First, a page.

Veteran personal-finance writer Romana King has created a definite guide to mortgage refinancing. Really helpful information here on the cost and process of doing what people in the mortgage biz call a refi. Reasons why people refinance include getting a lower interest rate and consolidating other debt into a mortgage.

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An introduction to halal investing

An offshoot of the rising trend of socially responsible investing offers Muslims a way to invest affording to their values. This means screening out forbidden investments such as pork, alcohol, tobacco, weapons, adult entertainment and debt, bonds or interest.


Ask Rob

Q: How much money (ball park) should I have in the childrens’ registered education savings plan?

A: Some quick guidelines: The lifetime RESP contribution limit is $50,000 per beneficiary, and you get a 20-per-cent matching federal grant for the first $2,500 you contribute annually, to a lifetime maximum of $7,200 per beneficiary. Another way to look at this is that it costs roughly $20,000 for a young person to attend university out of town, including tuition, accommodations and other costs. Undergrad degrees in humanities and social sciences cost an average $5,600 or so per year for tuition.

Do you have a question for me? Send it my way. Sorry I can’t answer every one personally. Questions and answers are edited for length and clarity.


Today’s financial tool

One of the best personal-banking innovations of recent years cheque-deposit using a mobile phone or tablet – you just take a picture of the cheque within your banking app and deposit it. It’s an even more practical feature during the pandemic. Here’s some how-to information from the federal Financial Consumer Agency of Canada.


The money-free zone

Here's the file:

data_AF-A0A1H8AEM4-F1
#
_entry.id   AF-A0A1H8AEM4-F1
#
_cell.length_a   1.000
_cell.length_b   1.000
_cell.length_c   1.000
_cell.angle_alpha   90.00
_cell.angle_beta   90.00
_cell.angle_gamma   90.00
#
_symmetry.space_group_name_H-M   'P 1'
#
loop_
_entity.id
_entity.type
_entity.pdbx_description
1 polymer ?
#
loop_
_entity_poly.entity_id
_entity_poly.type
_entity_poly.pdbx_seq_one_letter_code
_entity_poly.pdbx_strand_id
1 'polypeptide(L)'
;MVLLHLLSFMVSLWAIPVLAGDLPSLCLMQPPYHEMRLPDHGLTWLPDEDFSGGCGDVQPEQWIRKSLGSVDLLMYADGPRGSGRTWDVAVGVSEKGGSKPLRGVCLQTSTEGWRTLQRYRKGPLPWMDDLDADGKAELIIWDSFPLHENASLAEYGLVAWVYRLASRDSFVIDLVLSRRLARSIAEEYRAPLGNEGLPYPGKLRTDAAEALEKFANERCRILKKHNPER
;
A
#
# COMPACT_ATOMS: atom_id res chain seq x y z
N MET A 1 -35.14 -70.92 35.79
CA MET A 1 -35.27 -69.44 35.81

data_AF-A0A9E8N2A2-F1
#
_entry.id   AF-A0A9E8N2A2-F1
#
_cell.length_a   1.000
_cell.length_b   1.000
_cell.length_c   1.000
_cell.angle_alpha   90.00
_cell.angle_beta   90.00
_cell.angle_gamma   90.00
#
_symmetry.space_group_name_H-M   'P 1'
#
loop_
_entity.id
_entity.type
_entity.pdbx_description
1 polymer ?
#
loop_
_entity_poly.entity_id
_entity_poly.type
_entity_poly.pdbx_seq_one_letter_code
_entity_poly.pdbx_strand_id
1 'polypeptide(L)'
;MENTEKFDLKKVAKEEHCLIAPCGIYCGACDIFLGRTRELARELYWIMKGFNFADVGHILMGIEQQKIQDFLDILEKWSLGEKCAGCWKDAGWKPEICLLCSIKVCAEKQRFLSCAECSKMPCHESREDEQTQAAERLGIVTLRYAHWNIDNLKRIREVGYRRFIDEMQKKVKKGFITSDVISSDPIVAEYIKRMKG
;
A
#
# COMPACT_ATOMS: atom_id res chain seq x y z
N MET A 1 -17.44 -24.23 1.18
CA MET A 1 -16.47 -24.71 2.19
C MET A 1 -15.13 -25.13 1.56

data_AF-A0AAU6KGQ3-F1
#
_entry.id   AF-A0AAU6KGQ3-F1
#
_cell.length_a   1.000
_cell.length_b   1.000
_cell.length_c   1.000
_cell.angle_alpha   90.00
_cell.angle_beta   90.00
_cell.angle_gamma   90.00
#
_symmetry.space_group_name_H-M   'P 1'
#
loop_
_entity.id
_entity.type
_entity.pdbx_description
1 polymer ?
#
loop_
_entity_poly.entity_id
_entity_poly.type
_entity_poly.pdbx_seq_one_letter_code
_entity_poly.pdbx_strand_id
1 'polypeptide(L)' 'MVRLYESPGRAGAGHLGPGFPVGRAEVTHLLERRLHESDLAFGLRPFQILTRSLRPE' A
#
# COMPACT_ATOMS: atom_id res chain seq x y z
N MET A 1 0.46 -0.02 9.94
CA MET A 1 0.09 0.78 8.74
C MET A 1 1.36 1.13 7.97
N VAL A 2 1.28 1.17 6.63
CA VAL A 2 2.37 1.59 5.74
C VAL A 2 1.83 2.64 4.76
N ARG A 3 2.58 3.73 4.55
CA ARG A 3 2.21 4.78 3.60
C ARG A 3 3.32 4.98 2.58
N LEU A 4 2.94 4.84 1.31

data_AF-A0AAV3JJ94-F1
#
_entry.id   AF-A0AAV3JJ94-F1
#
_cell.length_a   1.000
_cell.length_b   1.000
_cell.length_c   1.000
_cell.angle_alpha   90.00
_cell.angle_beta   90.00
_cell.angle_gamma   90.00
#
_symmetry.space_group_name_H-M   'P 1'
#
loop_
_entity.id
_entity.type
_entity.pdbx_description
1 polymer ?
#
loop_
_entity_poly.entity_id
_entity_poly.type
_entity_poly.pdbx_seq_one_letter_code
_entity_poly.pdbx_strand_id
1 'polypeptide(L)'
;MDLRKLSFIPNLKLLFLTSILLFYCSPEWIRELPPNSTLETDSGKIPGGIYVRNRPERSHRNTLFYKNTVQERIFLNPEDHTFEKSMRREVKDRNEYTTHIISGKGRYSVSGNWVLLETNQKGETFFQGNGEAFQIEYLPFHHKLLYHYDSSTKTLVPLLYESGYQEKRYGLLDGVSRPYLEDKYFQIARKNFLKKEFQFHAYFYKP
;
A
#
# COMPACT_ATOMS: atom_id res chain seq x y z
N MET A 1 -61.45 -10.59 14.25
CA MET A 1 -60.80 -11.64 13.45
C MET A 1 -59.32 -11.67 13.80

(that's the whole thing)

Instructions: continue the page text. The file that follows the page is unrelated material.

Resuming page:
The Toronto Blue Jays are having a hell of an off-season, and I can’t wait for baseball to start (safely). I’m following Jays developments these days with a newsletter called The Batflip by veteran Jays writer Andrew Stoeten.

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Tweet of the week

Ramit Sethi’s top money rules are a refreshing change from the usual. Mr. Sethi is a U.S. personal-finance expert who wrote I Will Teach You to be Rich.


Introducing a new Globe newsletter

The Tax and Spend newsletter looks at how the government is taking and spending your tax dollars. Get it in your inbox every Monday. Click here to sign up.


In case you missed these Globe and Mail personal finance-related stories
  • Globe Retirement Forum: What has the pandemic taught retirees about managing their investments?
  • Started trading stocks amid the GameStop frenzy? Here’s how it can impact your taxes
  • How can this student start a socially responsible investing portfolio with her savings?

More Rob Carrick and money coverage

Subscribe to Stress Test on Apple podcasts or Spotify. For more money stories, follow me on Instagram and Twitter, and join the discussion on my Facebook page. Millennial readers, join our Gen Y Money Facebook group.

Even more coverage from Rob Carrick:

Are you reading this newsletter on the web or did someone forward the e-mail version to you? If so, you can sign up for Carrick on Money here.